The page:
The 1958 T-Bird had state-of-the-art unibody construction and had a sophisticated suspension which had coil springs in all four corners. The T-Bird was assembled in the brand new Wixom, Michigan assembly plant alongside Lincoln models.
The interior of the 1958 T-Bird was far ahead of its time. Most cars of its era had flat front and rear bench seats. Not the T-Bird, it had comfortable front bucket seats and stylish rear seats. Both were contoured to provide occupants the ultimate in comfort and gave the T-Bird’s interior a futuristic look. The overall look of the interior was that of a sporty luxury car. The stylish dash and center console would have pleased even the most fussy socialite back in the day. The dashboard littered with round gauges was well ahead of it time. Additionally even the power windows switches were located in the center console which is something many sports cars would later copy.
The 1959 T-Bird would be a virtual carryover from 1958, only the front grille and a few very slight ornamentation changes were made. It proved to be a smart move, since sales went through the roof, 67,456 T-Birds were produced for 1959. The 352 V8 and all transmission choices carried over from 1958. The big news for 1959 was the addition of Lincoln’s 430 cubic inch V8 to the T-Bird’s option list. The 430 V8 turned the heavy T-Bird into a quick accelerating car for its day. The 430 V8 was only available with the 3-speed automatic transmission and dual exhausts. It was rated at 350 horsepower which back in 1959 was a lot of horsepower.
Ford not wanting to mess with a good thing left the Thunderbird alone for 1960, everything from the previous year including transmission choices, engine choices, and overall design carried over. The only changes were a new front grille and very slight ornamentation changes. Just like 1958 and 1959, a convertible option was available. The big change for 1960 was the addition of a retractable sun roof option. A sun roof was a new idea back in 1960, today it’s a very popular option. 1960 would prove to be a banner year for T-Bird production, 92,843 units were produced. This production figure would not be surpassed until the T-Bird’s 1977 model year.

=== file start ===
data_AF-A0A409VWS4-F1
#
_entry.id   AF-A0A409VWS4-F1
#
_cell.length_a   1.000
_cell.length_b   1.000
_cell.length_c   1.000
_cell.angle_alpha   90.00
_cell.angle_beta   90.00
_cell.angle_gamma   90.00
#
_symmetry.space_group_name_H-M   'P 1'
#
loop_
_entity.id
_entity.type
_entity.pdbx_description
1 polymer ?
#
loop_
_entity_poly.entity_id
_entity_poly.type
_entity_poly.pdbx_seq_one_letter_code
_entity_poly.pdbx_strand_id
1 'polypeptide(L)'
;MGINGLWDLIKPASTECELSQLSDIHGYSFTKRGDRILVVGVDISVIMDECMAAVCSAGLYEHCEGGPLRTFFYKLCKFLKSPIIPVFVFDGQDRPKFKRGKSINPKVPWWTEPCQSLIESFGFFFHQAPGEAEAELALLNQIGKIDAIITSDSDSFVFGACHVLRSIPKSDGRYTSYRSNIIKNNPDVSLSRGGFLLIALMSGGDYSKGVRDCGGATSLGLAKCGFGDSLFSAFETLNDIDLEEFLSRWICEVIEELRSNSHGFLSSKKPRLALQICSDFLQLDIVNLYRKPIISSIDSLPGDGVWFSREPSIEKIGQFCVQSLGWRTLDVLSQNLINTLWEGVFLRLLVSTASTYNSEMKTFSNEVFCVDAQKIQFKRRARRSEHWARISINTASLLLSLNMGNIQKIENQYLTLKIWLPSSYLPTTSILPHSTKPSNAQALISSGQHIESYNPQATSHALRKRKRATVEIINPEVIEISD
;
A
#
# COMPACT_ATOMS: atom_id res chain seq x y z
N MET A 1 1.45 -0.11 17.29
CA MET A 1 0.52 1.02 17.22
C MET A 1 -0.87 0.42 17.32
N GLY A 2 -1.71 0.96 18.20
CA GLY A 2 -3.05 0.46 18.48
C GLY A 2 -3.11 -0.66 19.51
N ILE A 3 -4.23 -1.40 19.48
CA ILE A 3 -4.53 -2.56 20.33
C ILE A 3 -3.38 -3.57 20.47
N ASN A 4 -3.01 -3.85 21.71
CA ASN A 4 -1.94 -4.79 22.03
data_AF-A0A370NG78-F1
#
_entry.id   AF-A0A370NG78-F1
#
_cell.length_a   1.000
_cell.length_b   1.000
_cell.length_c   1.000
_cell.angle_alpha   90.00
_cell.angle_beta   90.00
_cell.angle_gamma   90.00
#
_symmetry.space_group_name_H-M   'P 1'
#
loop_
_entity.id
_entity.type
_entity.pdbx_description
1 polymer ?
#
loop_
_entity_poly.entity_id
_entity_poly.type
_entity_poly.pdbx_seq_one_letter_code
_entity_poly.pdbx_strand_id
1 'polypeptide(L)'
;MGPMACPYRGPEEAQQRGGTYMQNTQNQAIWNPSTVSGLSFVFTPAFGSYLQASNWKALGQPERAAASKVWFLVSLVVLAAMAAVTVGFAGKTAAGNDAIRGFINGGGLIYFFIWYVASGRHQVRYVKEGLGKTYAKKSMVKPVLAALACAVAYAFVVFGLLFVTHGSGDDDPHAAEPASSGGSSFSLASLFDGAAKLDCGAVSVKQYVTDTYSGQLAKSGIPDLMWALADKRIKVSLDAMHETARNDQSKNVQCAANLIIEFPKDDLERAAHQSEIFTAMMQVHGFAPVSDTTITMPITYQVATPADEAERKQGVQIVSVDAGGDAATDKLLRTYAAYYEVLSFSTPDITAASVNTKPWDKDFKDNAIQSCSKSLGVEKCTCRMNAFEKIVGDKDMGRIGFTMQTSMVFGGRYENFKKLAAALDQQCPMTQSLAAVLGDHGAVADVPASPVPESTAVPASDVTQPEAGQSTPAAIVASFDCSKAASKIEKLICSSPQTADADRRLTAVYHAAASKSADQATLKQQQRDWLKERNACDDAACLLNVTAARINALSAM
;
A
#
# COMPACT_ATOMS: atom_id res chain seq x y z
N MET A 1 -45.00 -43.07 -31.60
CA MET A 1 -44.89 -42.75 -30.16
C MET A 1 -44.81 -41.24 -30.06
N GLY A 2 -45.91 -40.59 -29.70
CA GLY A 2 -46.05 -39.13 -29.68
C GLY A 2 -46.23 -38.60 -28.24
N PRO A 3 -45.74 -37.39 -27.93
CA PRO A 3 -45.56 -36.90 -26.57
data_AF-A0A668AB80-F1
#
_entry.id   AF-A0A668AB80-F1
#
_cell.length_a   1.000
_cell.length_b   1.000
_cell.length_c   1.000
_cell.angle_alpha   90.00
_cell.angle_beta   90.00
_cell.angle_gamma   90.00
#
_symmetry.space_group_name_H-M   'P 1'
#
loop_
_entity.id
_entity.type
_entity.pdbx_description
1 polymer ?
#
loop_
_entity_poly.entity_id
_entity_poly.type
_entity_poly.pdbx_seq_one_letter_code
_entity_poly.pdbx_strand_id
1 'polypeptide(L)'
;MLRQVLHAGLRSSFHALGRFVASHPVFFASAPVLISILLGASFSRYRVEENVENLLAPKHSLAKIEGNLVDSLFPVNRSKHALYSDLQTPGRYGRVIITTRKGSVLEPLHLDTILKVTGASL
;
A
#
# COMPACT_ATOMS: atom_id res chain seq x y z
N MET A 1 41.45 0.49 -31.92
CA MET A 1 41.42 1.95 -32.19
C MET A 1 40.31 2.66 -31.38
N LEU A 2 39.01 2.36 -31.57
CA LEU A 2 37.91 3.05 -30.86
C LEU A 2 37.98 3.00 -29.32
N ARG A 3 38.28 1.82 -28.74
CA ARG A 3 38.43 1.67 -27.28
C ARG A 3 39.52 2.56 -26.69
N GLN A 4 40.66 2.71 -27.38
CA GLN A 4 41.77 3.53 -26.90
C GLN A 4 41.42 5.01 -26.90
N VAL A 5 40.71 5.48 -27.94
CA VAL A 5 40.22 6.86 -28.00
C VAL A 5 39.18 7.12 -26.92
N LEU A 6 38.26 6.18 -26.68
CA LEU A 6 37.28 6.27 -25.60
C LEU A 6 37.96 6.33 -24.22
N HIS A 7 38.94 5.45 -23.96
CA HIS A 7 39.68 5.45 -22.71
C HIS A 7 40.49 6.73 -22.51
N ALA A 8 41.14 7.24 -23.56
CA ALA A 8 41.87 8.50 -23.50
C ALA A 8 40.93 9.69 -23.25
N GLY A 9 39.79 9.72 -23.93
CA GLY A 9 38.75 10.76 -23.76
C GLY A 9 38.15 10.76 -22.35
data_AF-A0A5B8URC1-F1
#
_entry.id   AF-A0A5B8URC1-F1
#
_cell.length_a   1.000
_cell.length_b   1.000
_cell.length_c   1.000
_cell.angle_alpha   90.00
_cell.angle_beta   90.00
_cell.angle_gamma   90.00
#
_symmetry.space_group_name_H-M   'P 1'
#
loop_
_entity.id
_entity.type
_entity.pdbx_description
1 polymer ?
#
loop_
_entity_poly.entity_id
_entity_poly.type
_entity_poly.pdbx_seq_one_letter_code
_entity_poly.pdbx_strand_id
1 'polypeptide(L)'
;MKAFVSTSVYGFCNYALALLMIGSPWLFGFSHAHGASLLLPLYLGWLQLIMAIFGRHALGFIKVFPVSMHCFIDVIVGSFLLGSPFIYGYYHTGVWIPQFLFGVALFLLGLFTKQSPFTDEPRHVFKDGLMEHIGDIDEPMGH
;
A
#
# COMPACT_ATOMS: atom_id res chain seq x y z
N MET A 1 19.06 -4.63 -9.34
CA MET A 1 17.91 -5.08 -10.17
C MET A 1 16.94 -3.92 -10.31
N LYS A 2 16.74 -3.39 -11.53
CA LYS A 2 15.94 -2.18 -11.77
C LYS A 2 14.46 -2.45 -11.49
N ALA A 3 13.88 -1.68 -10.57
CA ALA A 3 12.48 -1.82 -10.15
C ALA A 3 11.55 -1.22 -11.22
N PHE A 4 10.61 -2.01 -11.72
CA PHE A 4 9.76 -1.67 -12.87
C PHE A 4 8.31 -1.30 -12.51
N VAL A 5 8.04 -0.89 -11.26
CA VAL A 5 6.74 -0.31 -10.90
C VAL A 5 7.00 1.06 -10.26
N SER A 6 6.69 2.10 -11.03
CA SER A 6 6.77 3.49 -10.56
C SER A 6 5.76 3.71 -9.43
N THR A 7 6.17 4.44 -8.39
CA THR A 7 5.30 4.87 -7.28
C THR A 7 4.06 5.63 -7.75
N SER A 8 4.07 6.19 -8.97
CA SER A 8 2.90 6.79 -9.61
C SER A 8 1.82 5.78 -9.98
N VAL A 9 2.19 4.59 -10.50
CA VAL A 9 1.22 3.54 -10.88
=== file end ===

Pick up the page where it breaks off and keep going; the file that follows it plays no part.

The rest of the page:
The big advantage of the 1958-1960 T-Bird was that it had no competitors. It had created and was the only occupant in the personal luxury car segment. The T-Bird with a backseat wouldn’t get a competitor until 1962 when Pontiac released the 2-door Grand Prix. Ironically the person luxury car segment that the T-Bird had created became one of the most popular car segments in the 1970s.
For 1961, Ford would go with a space-age sleek aerodynamic design for the T-Bird. This solidified the 1958-1960 T-Bird’s nickname of being the “Square Bird” because it’s squarish shape would forever define this second generation T-Bird. Though Ford lost it’s 2-seater in 1958, McNamara did make a wise move with the addition of a backseat to the Thunderbird. The 1958-1960 Thunderbird is the perfect time piece of its era, it offered true luxury, beautiful styling, and a lot of class to middle America. It’s a true American success story.